Should your inventory be insured? Don’t overlook this key protection to your goods and to your business. While you’re establishing your business organization—by way of a business license or incorporation—remember to address the matter of business insurance that extends to cover your inventory. If the worst should happen and your inventory is damaged, destroyed, or stolen, you’ll want to be sure you’re able to recover any loss and replace your inventory to keep your business running.

Think about growth

It’s important to keep inventory expansion in mind and be prepared to deal with overflow
How large will your inventory stores grow, and did you plan for that when you first considered the inventory you’d manage? While you might start your business venture with only modest expectations of inventory turnover and replenishment, many sellers have found their businesses have grown—including their inventory—faster than anticipated.

When a business finds its rhythm, and is on “the grow,” inventory storage facilities are often quickly outgrown. For this reason, it’s important to keep inventory expansion in mind and be prepared to deal with overflow from your initial inventory management and storage approach.

Consider the costs of keeping your inventory

As you’ve likely anticipated by now, each inventory situation can present a cost factor to a business. Whether the inventory is large, small, delicate or temperature sensitive, the specific storage needs will likely require some investment—one-time or recurring—to properly maintain the stock. And plan for potential increases to these costs in the (happy) eventuality that the inventory will increase as the business grows.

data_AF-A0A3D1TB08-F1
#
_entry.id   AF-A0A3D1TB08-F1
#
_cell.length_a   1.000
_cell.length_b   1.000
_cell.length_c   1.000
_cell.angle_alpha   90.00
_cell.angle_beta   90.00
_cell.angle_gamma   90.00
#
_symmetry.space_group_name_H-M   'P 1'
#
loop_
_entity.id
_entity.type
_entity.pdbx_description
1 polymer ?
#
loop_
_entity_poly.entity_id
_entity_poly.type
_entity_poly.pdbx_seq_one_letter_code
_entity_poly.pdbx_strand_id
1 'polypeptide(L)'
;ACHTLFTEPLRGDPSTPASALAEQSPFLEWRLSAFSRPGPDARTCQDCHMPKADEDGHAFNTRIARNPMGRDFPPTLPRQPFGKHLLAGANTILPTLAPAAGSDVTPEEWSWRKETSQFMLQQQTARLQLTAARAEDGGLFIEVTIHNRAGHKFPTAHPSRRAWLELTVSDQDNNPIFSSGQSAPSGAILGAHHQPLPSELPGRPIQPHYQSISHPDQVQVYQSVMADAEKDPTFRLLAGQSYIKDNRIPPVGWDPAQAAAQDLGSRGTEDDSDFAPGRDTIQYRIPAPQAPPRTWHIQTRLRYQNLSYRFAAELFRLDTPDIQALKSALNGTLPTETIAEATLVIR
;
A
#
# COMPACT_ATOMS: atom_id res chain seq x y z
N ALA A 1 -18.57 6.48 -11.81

You’ve got the inventory, but can you get to it?

It’s often a good sign to see the inventory in your stockroom grow in quantity, filling shelves deep and high. But when it comes time to access that inventory—to fulfill orders, to rotate in new backfill stock, or to take periodic counts—can you effectively access your goods? Yes, this is the best item, saved for last: When you establish your inventory plan, including what you’ll inventory and how you’ll store it, you need to ensure you have an effective and efficient access plan.

To ensure your inventory is top quality, always ready to sell and ship, and easy to recount, you’ll need to ensure you’ve established a storage approach that makes it easy to get your hands on the goods. This is true for any inventory situation, large or small. Whether your items are kept in a warehouse facility, or nestled in an in-home cubby, be sure to keep the goods within easy reach. Plan for efficiency up front, and you’ll save countless time and money for the effort.

While a steady supply of hot-selling inventory is always the goal for both new and established sellers, be sure to give careful consideration to your inventory situation. Create a plan before you invest in any inventory to ensure it will serve your business goals by ensuring your inventory is safe, secure and easy to ship.

About the author

Dennis L. Prince
Dennis L. Prince has been analyzing and advocating the e-commerce sector since 1996. He has published more than 12 books on the subject, including How to Sell Anything on eBay...and Make a Fortune, second edition (McGraw-Hill, 2006) and How to Make Money with MySpace (McGraw-Hill, 2008). His insight is actively sought within online, magazine, television and radio venues. Opinions expressed here may not be shared by The Online Seller and/or its principals.